Historically, men have power over the lives of both nations and women. Commerce and politics are traditional realms of masculine influence in cultures worldwide. The latest Australian historical fiction by S.C. Karakaltsas (see my review here), The Good Child explores the public and private aspects of how the behaviour of some influential men affects their loved ones as well as the rest of the community.

Author S.C. Karakaltsas answered some of my questions about writing this fascinating novel. And congratulations on Release Day!

What inspired you to write The Good Child?

Sylvia: There are good powerful men and there are bad ones. And I’ve always wondered what the mothers of bad powerful men must think and feel. What sort of relationship do they have with their child? That led to the characters of Lucille and her son Tom. Lucille’s reflections about her life and what part she played in shaping her son drives the narrative — one I really wanted to explore.
The excesses of the eighties and the consequent fall out for ordinary hardworking people drew inspiration for Quin. She’s an ambitious and hardworking young woman who falls into the trap Tom sets for her.
I also wondered what would happen when Lucille and Quin met. And indeed they do, on a train, which makes for an interesting trip.

It certainly does!  A gripping Australian historical fiction, The Good Child spans a number of decades, charting the everyday existence of ordinary Australian women across the 20th century.

How important is it to you that the stories of ordinary Australian women are told?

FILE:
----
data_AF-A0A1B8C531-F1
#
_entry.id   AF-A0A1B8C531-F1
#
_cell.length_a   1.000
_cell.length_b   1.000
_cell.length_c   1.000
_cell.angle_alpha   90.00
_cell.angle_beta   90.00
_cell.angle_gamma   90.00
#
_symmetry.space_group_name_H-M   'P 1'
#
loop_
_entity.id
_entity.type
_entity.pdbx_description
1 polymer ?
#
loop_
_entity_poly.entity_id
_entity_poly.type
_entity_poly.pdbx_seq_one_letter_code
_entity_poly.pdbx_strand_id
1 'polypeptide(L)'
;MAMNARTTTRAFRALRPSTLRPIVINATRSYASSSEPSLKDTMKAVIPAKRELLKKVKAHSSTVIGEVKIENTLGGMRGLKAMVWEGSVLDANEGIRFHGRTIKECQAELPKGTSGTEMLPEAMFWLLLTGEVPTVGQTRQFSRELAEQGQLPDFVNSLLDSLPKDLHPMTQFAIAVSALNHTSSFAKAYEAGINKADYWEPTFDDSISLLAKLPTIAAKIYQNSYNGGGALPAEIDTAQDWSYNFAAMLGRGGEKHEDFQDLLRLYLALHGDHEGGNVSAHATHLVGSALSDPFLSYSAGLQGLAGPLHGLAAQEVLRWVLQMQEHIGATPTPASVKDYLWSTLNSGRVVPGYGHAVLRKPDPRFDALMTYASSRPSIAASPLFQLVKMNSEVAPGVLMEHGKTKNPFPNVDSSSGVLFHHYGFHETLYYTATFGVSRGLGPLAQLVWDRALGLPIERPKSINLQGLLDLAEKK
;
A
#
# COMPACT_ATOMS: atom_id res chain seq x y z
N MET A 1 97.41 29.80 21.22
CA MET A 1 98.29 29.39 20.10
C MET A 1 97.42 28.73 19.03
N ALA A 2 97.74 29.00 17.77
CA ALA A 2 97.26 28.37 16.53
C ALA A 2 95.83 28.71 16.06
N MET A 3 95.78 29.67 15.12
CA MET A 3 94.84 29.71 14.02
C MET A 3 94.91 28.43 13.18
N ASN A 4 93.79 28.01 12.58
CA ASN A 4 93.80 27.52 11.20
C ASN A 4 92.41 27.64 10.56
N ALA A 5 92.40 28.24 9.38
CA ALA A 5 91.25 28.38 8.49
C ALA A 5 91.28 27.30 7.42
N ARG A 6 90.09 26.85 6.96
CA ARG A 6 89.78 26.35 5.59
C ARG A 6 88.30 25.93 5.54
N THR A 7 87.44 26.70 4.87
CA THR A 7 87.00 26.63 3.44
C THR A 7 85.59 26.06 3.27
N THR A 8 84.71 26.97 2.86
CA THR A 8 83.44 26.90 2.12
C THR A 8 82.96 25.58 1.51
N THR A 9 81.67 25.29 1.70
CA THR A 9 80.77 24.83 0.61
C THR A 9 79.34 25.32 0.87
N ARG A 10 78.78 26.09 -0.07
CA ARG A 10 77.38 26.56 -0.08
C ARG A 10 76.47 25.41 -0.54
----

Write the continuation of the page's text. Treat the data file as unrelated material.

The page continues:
I think there’s more appetite to hear women’s stories: their voices, what they endured, how they lived, their aspirations and challenges. And that is largely coming from the number of wonderful women writers and the huge audience of women readers.

In the case of Lucille, born in 1920, she lived her life under the control of males. That was largely how life worked for women of her generation. Women’s aspirations centred on the need for financial security by being married and being a home maker.

For example, the challenges of having children during war time and the medical care at the time had an enormous impact on women whose husbands were away at war. What women wanted was never particularly given any attention.

The plot revolves around Tom, the man at the centre of the action, a man we always see through the eyes of others. Was this a deliberate story-telling decision, or

Did the women demand to tell the story from their perspective?

It wasn’t important to give Tom a voice as I wanted his character to be slowly revealed from the perspective of the two women he had affected the most. I thought they deserved to tell their side, to explain the choices they made and how they lived with the consequences. In Lucille’s case her love for her son is severely tested. In Quin’s case it’s her loyalty.

 

The financial excesses and frauds of the 1980s – mostly not uncovered until much later – lie at the heart of The Good Child.

How much research went into developing this story? Was it easy to find out how the fraud schemes operated?

As with all historical fiction there is always lots of research. It’s hard not to wander down rabbit holes.

But backing that research was my own experience and having worked in the financial industry at the time. I could draw on my own recollections of what was an extraordinary, tumultuous time.